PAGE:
Remote-Learning From a Teacher’s Perspective


Maryam Abdella, Features Editor

Mr. Park, Orchestra/Strings

What are your thoughts on the remote-learning situation?

It’s not ideal, but it’s necessary given the situation we’re in right now.

The truth of the matter is there are some very problematic… concerns, if you will, that still need to be addressed. Some of our most vulnerable students are the ones who are most adversely affected by this pandemic, and… we need to keep them in mind as we make the most important decisions as to whether we come back.

We are into week 4 right now and I will tell you, my head feels like it’s still, just barely above water.

Do you prefer students with or without their cameras on? Why?

I would prefer students with their cameras on, primarily because the one thing that is sorely needed when engaging in instruction and learning, is the ability to actually look at each other, and speak to each other, and read each other’s mannerisms, and see each other’s smiles, laughs … it’s hard for me to gauge what you all are doing and how you all are engaging when all I see is kind of an avatar image.

There’s a big concern on my part for Beginning Strings, as we’re just starting to learn how to play … I can’t see what they’re doing.

[Some] might have the technology readily available, others might not. If there are some underlying circumstances or extenuating circumstances that disallows you from using your camera, I just need you to reach out to me, and if you’re comfortable with it, explain to me what your issue is and maybe I can help in some way.

There’s a big concern on my part for beginning strings, as we’re just starting to learn how to play … I can’t see what they’re doing”


What is your policy on late work in this situation?

In my [past] syllabus, it’s pretty put-and-dry. Your work should be submitted on time […] if it’s a day late I technically should be marking an A to a B. If it’s two days late I should be technically marking an A to a C.

[If assignments are late] more often than not, you aren’t penalized … I understand that this is a challenging thing for people, and you know me, I’m understanding and I’ll be flexible.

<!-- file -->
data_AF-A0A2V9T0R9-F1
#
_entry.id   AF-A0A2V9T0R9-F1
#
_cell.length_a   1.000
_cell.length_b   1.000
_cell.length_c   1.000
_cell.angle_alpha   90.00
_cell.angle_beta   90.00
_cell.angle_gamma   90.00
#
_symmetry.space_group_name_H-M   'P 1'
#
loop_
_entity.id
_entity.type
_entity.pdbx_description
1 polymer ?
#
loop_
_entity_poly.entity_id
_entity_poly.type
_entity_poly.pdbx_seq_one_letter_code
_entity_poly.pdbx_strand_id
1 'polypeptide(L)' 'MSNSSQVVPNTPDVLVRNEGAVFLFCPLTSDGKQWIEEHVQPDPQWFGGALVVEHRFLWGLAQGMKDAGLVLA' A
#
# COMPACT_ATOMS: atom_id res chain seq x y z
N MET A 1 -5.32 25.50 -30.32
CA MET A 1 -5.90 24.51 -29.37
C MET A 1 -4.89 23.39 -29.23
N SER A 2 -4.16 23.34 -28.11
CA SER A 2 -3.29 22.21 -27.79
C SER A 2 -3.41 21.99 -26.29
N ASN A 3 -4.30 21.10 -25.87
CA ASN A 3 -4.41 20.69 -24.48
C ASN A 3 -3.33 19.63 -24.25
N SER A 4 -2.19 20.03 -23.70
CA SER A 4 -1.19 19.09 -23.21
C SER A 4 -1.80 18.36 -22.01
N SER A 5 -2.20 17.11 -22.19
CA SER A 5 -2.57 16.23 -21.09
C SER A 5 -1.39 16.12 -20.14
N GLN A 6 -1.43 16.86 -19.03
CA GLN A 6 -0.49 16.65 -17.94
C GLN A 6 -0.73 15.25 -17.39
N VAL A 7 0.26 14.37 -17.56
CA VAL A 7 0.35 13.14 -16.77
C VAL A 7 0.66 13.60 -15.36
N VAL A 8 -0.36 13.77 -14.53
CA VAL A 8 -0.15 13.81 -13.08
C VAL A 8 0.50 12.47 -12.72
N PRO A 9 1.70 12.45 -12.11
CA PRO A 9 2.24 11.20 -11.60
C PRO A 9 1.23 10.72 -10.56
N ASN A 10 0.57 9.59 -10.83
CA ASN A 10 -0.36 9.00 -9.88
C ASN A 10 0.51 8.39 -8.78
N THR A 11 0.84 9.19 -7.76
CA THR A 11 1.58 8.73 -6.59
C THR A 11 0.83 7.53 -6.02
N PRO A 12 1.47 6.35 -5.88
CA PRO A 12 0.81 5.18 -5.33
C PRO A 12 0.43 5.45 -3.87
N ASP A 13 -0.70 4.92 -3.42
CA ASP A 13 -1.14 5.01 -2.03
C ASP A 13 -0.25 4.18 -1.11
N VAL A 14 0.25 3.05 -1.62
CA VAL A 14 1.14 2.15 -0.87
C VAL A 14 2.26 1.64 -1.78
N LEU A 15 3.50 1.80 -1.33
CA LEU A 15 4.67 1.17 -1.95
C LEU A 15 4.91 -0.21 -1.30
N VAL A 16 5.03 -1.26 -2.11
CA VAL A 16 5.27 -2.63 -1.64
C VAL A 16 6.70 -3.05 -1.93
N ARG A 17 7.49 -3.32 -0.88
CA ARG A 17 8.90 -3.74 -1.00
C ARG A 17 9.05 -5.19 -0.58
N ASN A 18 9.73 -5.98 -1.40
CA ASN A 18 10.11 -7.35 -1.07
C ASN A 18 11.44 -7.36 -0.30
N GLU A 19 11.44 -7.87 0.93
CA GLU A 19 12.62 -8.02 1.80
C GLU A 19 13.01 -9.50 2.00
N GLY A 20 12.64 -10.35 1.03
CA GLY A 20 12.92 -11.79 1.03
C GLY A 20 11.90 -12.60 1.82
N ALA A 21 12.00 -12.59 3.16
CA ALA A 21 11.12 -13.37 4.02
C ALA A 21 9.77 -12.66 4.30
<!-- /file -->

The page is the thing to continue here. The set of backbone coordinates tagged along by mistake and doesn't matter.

How do you keep your students engaged throughout/outside the class period?

I guess one of the issues with the video camera thing is I really don’t know who is engaged. You know, I ask questions all the time; I call people’s names, and I ask a question, and I ask that person to respond.

If you need to step away, I understand. Just type ‘brb’ in the chat so I know that you had to step away. 

How is student engagement, and how does it affect you?

For most students, I don’t have that visual cue. I don’t have that visual representation that a student is engaged, but the vast majority of students, when I ask them to answer a question, they unmute their mic and answer … very rarely, has anyone said, “oh, can you repeat the question?” Which, as a teacher, when you hear that you know that the student wasn’t quite engaged at that point.

There are so many very unique circumstances in everyone’s respective homes right now, that I’m very mindful of and trying to be respectful of and flexible with.

I need to ask myself, “if I was a… high school student during this time, and I was at home, and I had within arms distance all of the distractions that I occupy myself with when I’m at home,” I think it would be challenging for me to … trying to emphasize with what students are going through is a really important thing, a very critical thing for us teachers right now.

There are so many very unique circumstances in everyone’s respective homes right now, that I’m very mindful of and trying to be respectful of and flexible with”

How are you balancing both your home and school life? Compared to last year, how’s teaching from a remote setting now?

It was challenging in the spring. You know, first and foremost, I have three daughters and all of them were in various corners of the house, trying to find a space that was as least distracting as possible. I, too, was trying to find a space and so was my partner, my wife. Because she also teaches … that was definitely challenging. 

[I’ve been teaching from my classroom] since day one. I’ve been waking up in the morning and going to work like I’ve done for the past 20 years, and I stay here for the entire day in my classroom …

What advice would you give yourself a year ago about remote-learning?

I would say… understand that everyone is trying to figure this out – your colleagues, your families, your students… that being flexible, and being open to modifying what you do and adapting to the reality of the situation, is critically important.

School is so much more than just the homework, the tests, the notetaking. School is even more so about what happens in between classes – seeing your friends in the hallway, sitting with your friends in the lunchroom, playing foursquare afterschool, going to chess club, or just hanging out in the backyard of Northside. The community is most important and that’s what’s missing right now.